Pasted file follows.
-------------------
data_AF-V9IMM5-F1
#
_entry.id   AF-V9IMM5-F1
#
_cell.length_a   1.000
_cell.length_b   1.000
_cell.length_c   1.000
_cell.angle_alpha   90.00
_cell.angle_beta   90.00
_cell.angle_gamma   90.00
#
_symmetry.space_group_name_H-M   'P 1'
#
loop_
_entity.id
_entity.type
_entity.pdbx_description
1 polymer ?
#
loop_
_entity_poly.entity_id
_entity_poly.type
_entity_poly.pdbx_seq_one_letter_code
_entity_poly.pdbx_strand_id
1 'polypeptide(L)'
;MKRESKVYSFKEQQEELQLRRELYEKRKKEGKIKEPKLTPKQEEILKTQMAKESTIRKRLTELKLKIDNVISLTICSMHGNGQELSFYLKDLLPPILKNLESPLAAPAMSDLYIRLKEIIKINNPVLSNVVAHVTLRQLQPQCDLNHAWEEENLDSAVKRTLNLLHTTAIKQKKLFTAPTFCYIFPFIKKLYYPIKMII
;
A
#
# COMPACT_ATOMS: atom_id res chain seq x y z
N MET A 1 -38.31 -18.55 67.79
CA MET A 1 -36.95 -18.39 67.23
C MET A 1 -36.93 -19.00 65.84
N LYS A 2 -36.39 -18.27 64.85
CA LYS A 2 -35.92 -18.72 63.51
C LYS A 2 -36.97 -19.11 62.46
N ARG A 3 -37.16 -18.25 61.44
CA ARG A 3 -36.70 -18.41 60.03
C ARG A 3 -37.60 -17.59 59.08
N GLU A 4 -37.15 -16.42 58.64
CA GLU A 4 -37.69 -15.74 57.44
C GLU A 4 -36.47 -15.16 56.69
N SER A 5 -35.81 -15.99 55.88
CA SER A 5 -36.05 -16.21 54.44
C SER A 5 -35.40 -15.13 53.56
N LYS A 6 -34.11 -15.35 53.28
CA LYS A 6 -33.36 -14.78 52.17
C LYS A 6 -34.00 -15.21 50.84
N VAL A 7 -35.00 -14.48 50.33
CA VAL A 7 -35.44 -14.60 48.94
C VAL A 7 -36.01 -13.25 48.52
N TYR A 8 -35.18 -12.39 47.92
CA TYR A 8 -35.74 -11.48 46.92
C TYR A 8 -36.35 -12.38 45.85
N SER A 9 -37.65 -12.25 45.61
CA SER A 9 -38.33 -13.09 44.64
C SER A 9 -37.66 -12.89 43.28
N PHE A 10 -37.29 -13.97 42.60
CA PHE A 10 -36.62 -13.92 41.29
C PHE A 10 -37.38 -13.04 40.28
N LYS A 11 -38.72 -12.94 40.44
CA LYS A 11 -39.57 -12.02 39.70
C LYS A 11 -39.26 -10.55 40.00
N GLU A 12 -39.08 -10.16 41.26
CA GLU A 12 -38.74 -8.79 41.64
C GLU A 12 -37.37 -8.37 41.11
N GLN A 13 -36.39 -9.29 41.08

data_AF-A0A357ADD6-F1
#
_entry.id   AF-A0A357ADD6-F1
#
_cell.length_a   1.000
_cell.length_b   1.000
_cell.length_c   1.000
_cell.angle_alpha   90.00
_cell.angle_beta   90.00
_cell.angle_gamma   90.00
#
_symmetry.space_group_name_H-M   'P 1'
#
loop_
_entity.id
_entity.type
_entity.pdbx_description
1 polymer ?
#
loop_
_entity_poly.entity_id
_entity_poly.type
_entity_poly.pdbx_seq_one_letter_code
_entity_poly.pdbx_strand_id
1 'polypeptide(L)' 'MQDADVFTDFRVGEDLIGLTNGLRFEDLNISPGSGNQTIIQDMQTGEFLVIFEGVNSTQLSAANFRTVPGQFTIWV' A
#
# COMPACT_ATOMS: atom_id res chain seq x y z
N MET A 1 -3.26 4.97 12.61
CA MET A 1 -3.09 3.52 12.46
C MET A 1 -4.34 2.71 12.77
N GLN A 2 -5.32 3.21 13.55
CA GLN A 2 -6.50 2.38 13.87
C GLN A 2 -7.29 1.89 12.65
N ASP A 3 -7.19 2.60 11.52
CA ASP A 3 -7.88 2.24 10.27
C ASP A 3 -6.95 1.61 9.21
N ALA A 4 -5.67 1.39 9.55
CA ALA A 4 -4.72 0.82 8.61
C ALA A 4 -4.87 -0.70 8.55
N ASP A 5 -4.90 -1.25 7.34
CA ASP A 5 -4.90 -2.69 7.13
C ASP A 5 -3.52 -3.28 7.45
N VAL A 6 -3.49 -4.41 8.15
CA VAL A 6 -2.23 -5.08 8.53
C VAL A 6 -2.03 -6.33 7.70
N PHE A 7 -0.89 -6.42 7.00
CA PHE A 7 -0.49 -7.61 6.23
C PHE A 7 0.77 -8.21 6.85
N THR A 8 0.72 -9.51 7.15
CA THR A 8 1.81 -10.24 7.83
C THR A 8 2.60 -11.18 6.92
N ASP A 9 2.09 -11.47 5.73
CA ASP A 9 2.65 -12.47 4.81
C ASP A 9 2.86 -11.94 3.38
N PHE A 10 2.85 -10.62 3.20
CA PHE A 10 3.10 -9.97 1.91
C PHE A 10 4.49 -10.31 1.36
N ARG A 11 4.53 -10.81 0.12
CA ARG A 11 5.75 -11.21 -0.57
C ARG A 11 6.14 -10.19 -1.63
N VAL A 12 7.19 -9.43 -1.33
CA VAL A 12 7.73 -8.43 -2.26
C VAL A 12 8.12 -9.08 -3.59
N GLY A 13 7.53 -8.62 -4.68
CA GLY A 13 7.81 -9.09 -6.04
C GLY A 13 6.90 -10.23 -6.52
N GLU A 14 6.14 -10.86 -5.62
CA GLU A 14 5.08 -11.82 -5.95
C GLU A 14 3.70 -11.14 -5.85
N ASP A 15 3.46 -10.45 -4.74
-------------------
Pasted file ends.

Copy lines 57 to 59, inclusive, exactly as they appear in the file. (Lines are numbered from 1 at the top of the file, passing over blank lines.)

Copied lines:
C SER A 9 -37.66 -12.89 43.28
N PHE A 10 -37.29 -13.97 42.60
CA PHE A 10 -36.62 -13.92 41.29